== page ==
Based on browsing through, it doesn't seem like there's a thread devoted specifically to editing/viewer manipulation even though it's always an issue on reality tv, so I thought I'd share my thoughts, for what they're worth...
I got thinking about this because I realized I already have a few favorites chosen (Ricky, Hok, Lauren) despite the fact that I haven't even really seen more than half of the contestants!!! And I know I'm not alone here.
The way I see it, the editors/producers of reality tv can influence viewer perceptions of characters/contestants in four major ways:
1. Face Time and Story Arcs
This one is obvious and effective. People care about others when we hear about their backgrounds, when we see them as people like us rather than solely in their extraordinary roles as dancers/singers/models/fashion designers/chefs/island natives on national tv. Just browsing through the 20 contestants' threads, it's clear that some of them barely got a second of air time in the pre-competition shows, while others have been tracked since their initial auditions, complete with interactions off the dance floor.
I've heard it said that the editors just show who is interesting, and if we know about a backstory it's because that contestant happens to have a good one. This was clearly the case in some of the audition round storylines (Olivia and her mom, Nancy and her arm, Miles and his dad, etc). But that's not all we get in the scheme of the show. Last year, for instance we heard a few times about the backstories of contestants like Benji & Donyelle when I highly doubt they were unique to them in particular- I'm sure at least ONE of the other top 20 had struggled with weight or been dumped (and honestly, who comes back after 2 years away and expects their previous relationship to be the same way it was when they left???). EVERYONE has struggled to overcome something. Just a little thing like getting dumped or battling weight problems can win tremendous identification points among viewers.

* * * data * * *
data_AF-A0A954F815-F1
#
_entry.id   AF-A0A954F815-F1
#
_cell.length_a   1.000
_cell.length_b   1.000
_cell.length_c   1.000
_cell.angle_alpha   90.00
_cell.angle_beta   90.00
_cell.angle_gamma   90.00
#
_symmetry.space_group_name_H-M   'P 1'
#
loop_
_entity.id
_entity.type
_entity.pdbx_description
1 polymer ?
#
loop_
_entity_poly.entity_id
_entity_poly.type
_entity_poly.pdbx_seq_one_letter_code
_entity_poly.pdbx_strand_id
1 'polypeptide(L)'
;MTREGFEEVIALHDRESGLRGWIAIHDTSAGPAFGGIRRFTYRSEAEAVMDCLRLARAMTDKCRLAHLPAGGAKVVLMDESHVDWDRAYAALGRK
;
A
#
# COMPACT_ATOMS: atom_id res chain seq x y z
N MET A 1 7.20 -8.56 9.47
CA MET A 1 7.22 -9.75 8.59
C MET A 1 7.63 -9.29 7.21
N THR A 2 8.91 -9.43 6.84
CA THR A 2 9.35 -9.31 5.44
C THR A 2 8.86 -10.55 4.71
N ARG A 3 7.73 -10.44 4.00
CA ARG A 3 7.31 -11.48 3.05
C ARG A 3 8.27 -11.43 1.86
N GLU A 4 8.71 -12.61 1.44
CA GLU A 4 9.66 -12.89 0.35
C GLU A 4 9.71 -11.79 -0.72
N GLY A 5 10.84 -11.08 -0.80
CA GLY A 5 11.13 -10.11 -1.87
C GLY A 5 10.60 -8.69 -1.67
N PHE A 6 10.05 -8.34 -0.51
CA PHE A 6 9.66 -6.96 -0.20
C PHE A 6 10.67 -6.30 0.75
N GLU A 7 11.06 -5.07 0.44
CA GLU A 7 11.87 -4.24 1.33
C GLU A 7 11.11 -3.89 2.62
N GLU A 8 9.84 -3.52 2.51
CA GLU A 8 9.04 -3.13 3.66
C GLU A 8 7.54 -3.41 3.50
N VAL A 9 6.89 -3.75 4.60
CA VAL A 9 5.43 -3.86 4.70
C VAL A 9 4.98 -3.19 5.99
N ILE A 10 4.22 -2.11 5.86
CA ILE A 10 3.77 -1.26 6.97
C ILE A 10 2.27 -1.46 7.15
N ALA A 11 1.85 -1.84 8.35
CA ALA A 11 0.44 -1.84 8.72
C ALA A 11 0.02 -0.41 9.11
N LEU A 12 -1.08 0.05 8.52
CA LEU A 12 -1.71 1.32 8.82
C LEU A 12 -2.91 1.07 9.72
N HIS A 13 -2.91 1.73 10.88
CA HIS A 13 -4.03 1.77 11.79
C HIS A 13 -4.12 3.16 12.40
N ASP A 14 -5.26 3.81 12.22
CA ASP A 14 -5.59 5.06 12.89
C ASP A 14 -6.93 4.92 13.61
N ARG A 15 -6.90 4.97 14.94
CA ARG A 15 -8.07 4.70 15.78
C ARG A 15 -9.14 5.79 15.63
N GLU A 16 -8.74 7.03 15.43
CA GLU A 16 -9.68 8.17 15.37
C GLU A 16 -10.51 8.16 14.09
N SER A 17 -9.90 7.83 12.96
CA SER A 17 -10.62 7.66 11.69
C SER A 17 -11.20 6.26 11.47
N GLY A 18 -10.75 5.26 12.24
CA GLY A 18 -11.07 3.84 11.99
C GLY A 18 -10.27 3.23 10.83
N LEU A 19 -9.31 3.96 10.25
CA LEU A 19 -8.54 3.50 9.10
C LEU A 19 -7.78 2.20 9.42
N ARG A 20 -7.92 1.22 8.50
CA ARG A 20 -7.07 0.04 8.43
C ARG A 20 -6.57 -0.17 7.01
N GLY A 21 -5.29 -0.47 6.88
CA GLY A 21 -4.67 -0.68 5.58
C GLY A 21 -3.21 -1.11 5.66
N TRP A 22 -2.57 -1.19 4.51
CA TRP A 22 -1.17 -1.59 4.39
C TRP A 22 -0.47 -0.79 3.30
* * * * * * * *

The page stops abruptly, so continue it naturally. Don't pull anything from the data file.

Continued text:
And it's not face time alone, but also what happens during that face time. Everyone says nice, funny, and quirky things, and everyone reaches a breaking point and says something catty or idiotic, if not intentionally spiteful. What the editors choose to show is all we get to see.
2. Judges' Comments
This one gets brought up a lot here on FORT- people talk of Simon being mean to certain contestants he wants sent home or Mia playing favorites to win the contemporary dancers more votes. I personally think this is the least influential method of manipulation. If viewers already love Heidi, they'll feel justified and empowered when the judges compliment her and will feel threatened and anxious when they criticize her. Either way, they are going to vote for her. People aren't mindless robots that do whatever "Simon says." I mean, if EVERYONE always did what Simon said, no one would ever be "out" and that would be the most boring game ever (but a good way to solve the world's problems: "Simon says flap like a birdie! Simon says hop on one leg! Simon says make peace in the Middle East!")
Then what good are the judges if not to influence viewers? They provide drama. If we just saw people dance and then cut to commercials with no feedback, we wouldn't get to see the cheers, jumps, hugs, and kisses when Shane says they are the couple to beat, or the drama of how the dancers will respond when Nigel says they should probably start packing: will they talk back with an attitude? Will they gracefully thank the judges for helping them grow as dancers? Will Cat have to console them when they break down crying? Will they turn to the audience like a seasoned politician and declare that they'll just have to see what America thinks? Without judges- whether they are mean or nice, insightful or rambling morons- these shows would be lame!
3. Subtle Production Aspects